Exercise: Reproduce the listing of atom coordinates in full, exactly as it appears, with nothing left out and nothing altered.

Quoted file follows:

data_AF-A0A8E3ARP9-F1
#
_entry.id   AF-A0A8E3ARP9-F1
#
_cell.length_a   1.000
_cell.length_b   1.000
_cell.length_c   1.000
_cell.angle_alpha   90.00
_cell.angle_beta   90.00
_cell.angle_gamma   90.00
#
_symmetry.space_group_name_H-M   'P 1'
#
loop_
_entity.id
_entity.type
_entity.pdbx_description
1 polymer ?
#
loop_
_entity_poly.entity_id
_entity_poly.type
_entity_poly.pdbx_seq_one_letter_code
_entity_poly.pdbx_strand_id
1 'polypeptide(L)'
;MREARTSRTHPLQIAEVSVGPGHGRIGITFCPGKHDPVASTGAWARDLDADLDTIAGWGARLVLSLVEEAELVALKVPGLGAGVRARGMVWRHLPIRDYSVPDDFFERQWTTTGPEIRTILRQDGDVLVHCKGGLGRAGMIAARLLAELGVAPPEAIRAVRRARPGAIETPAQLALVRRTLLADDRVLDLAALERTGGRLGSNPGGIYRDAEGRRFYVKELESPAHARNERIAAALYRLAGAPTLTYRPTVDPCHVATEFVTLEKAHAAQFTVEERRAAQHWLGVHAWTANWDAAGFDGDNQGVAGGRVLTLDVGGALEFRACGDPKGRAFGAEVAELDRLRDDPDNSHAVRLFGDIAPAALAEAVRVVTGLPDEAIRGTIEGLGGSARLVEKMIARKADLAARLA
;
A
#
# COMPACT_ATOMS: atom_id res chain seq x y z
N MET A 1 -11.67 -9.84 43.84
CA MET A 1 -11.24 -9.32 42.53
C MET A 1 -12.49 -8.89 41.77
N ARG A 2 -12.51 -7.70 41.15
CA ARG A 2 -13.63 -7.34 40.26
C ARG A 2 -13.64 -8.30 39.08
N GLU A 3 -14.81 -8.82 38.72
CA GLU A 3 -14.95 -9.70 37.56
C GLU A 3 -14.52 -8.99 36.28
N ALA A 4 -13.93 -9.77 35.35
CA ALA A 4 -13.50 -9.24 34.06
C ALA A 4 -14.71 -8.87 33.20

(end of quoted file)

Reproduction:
data_AF-A0A8E3ARP9-F1
#
_entry.id   AF-A0A8E3ARP9-F1
#
_cell.length_a   1.000
_cell.length_b   1.000
_cell.length_c   1.000
_cell.angle_alpha   90.00
_cell.angle_beta   90.00
_cell.angle_gamma   90.00
#
_symmetry.space_group_name_H-M   'P 1'
#
loop_
_entity.id
_entity.type
_entity.pdbx_description
1 polymer ?
#
loop_
_entity_poly.entity_id
_entity_poly.type
_entity_poly.pdbx_seq_one_letter_code
_entity_poly.pdbx_strand_id
1 'polypeptide(L)'
;MREARTSRTHPLQIAEVSVGPGHGRIGITFCPGKHDPVASTGAWARDLDADLDTIAGWGARLVLSLVEEAELVALKVPGLGAGVRARGMVWRHLPIRDYSVPDDFFERQWTTTGPEIRTILRQDGDVLVHCKGGLGRAGMIAARLLAELGVAPPEAIRAVRRARPGAIETPAQLALVRRTLLADDRVLDLAALERTGGRLGSNPGGIYRDAEGRRFYVKELESPAHARNERIAAALYRLAGAPTLTYRPTVDPCHVATEFVTLEKAHAAQFTVEERRAAQHWLGVHAWTANWDAAGFDGDNQGVAGGRVLTLDVGGALEFRACGDPKGRAFGAEVAELDRLRDDPDNSHAVRLFGDIAPAALAEAVRVVTGLPDEAIRGTIEGLGGSARLVEKMIARKADLAARLA
;
A
#
# COMPACT_ATOMS: atom_id res chain seq x y z
N MET A 1 -11.67 -9.84 43.84
CA MET A 1 -11.24 -9.32 42.53
C MET A 1 -12.49 -8.89 41.77
N ARG A 2 -12.51 -7.70 41.15
CA ARG A 2 -13.63 -7.34 40.26
C ARG A 2 -13.64 -8.30 39.08
N GLU A 3 -14.81 -8.82 38.72
CA GLU A 3 -14.95 -9.70 37.56
C GLU A 3 -14.52 -8.99 36.28
N ALA A 4 -13.93 -9.77 35.35
CA ALA A 4 -13.50 -9.24 34.06
C ALA A 4 -14.71 -8.87 33.20